Photo Correction Software
24 Mar 2006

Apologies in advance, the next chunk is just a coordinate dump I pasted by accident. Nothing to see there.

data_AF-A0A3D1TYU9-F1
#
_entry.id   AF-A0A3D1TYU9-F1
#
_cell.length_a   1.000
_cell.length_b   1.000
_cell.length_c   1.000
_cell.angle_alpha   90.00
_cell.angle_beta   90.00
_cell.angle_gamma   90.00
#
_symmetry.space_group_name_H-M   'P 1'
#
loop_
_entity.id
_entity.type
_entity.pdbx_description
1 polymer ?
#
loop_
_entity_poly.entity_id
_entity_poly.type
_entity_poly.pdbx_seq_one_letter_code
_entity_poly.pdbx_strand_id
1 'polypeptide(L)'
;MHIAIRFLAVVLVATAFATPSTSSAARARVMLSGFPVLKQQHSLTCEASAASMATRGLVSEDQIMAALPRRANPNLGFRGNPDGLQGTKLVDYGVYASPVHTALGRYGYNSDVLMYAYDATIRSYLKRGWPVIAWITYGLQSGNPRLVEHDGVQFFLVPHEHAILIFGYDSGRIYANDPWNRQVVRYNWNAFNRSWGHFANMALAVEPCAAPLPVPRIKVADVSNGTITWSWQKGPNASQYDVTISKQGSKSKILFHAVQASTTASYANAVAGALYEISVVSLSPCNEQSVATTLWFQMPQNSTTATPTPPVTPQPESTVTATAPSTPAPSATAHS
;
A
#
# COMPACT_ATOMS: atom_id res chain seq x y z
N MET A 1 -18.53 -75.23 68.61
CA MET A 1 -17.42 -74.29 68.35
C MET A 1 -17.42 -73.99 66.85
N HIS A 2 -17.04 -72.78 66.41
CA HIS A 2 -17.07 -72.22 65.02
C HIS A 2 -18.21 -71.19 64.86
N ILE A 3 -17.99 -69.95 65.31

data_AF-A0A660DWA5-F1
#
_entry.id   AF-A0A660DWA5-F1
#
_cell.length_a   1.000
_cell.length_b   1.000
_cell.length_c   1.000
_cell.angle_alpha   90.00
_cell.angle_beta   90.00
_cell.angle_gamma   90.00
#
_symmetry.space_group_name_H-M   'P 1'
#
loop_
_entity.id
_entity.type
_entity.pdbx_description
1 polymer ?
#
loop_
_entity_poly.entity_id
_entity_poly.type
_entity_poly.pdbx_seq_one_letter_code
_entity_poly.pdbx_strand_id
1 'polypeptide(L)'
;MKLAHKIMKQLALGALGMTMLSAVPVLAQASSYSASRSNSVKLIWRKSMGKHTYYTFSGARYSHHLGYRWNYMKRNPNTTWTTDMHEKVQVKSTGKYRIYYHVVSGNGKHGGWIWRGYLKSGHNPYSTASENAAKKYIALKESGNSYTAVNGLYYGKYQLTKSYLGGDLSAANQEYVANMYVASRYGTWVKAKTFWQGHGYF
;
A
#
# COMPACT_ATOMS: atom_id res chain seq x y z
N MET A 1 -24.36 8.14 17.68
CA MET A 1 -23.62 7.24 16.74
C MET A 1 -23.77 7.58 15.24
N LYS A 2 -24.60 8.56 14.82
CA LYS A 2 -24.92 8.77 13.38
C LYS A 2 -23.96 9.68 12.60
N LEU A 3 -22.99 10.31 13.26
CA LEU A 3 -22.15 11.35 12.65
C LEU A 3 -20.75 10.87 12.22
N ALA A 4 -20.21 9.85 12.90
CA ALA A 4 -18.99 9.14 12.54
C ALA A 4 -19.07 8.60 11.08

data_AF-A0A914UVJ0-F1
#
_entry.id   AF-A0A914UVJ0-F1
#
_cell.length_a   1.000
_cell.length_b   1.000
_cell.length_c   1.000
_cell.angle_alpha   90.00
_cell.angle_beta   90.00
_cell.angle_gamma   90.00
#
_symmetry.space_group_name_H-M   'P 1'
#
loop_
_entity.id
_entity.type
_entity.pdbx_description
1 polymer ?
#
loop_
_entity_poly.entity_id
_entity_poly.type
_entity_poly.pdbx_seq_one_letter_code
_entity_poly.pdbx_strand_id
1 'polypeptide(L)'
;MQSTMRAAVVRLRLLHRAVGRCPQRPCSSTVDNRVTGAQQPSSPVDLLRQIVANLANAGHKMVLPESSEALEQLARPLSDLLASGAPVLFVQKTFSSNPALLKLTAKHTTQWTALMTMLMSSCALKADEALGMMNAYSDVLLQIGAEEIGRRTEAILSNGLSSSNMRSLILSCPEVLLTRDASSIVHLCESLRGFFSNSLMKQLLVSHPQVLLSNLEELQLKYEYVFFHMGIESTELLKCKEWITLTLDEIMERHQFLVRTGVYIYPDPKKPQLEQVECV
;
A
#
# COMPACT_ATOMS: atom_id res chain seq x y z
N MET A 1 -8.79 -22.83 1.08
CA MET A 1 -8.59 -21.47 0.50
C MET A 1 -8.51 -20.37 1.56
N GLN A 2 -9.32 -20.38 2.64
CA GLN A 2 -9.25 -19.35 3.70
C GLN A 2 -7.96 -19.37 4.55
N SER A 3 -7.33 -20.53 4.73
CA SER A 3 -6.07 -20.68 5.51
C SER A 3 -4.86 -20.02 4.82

I started to write a post on lighting today... how to take better photos in less than perfect lighting conditions, whether that's too little or to much. But it would have taken me all day to write it, and as I was trying to catch up with all of my bijillion food blog feeds, I realized that perhaps it would be more helpful to have a discussion about correcting exposure in your photos. This may sound involved, but for the most part, it's a very quick fix and will make a world of difference in the look of your photos... enough that you may not worry quite as much about what light you shot them in. And then, as I started writing that post, I realized that I had not yet talked about software. The one thing you will need to correct exposure is some software. I use full-blown Photoshop CS2 on the Mac. But you don't need to go buy a piece of $500 software to fix the exposure in your photos. Here are some options for both computer-political parties (sorry, I don't have any Linux recommendations). Adobe Photoshop CS2 ($578) If you can afford it, Photoshop CS2 is the pinnacle of photo software. Just be prepared... there is a lot to learn. I've used Photoshop since the early 90s, and I still only use about 10% of the functionality. If you go this route, I highly recommend the photoshop books by Scott Kelby. Scott is a great writer and will quickly having you using Photoshop in ways you didn't think were possible. They don't always make sense. They are rarely intuitive. But they work, and your photos will be better for it. (Mac/Windows) Adobe Elements ($66 with $20 mfr rebate) For a much more palatable price than Photoshop, Elements offers photo organization and editing and in general is everything that you need to get started in digital photo editing. The unfortunate part is that it's not much easier to use than Photoshop. That said, if you want to go to Photoshop someday, it's not a bad stepping stone. Adobe Elements 4.0 was released last fall, but I haven't taken a look at the new features. The Mac version has a different feature set than the Windows version and does not include the photo organizer. (Windows/Mac) Aperture (~$450) With the success of iPhoto, Apple introduced organization and correction software for higher end photographers. If you need software with the power of Aperture, you probably are advanced enough to need Photoshop CS as well. I haven't used Aperture yet, because I can't quite stomach the price on top of paying for Photoshop CS. Reviews have been mixed so far, mainly due to slow performance. (Mac only) Microsoft Digital Image Suite (~$85) This is the product that I worked on when I worked at Microsoft. Digital Image Suite makes it pretty easy to both manage and edit your photos. You can do most things in DIS that you can in Photoshop, but you don't need to learn a lot of scary terms. You want to correct lighting? There's a lighting and exposure button in the sidebar. You can start with an automatic adjustment, and fine tune it from there. Some of the automatic corrections are better in Elements, but overall DIS will satisfy most beginner to intermediate users. (Windows only) iPhoto 06 (free with a new Mac, or $69 for iLife) Does anyone not know about iPhoto? I really only added it here for completeness. If you are using a Mac, you'll have a version installed already. Give it a shot, see if you like it. I've found that the auto corrections tend toward over-saturating images, and that with a library of over about 2000 photos is started to get really, really slow. But, it still is easy to use, and has some very nice integration features with Typepad and Ecto if you want to make your blogging life a bit simpler. (Mac only) Adobe Labs Lightroom (free, beta software) If you are feeling adventurous, you might try Adobe's newest entry. Lightroom is essential a high-end photo organizer that has a gorgeously modern UI and some nice features for comparing different photos to help wade through the clutter. It's basically Adobe's answer to Aperture, and is much more compelling simply because it's free. However, this is beta software, and after using it for two weeks, I gave up. It was too slow for my large library of photos and I wasn't thrilled with the way it handled RAW file conversion. If all you are doing is shooting in JPG, and have under 2,000 photos however, it's a nice solution to try. I'm looking forward to the actual release, and hoping that they fix the major issues because I'd love to use this app everyday. (Mac only at this point) Picasa (free) Google bought this company several years ago, and while they haven't done a lot with the program since then, it is still free and super easy to use. You can't do a lot of fine tuning of your images with Picasa, but there is enough to correct color and exposure and even add a few funky effects like lens blur. For most people, what it offers is sufficient... not to mention you won't really lose anything by trying it out. (Windows only)

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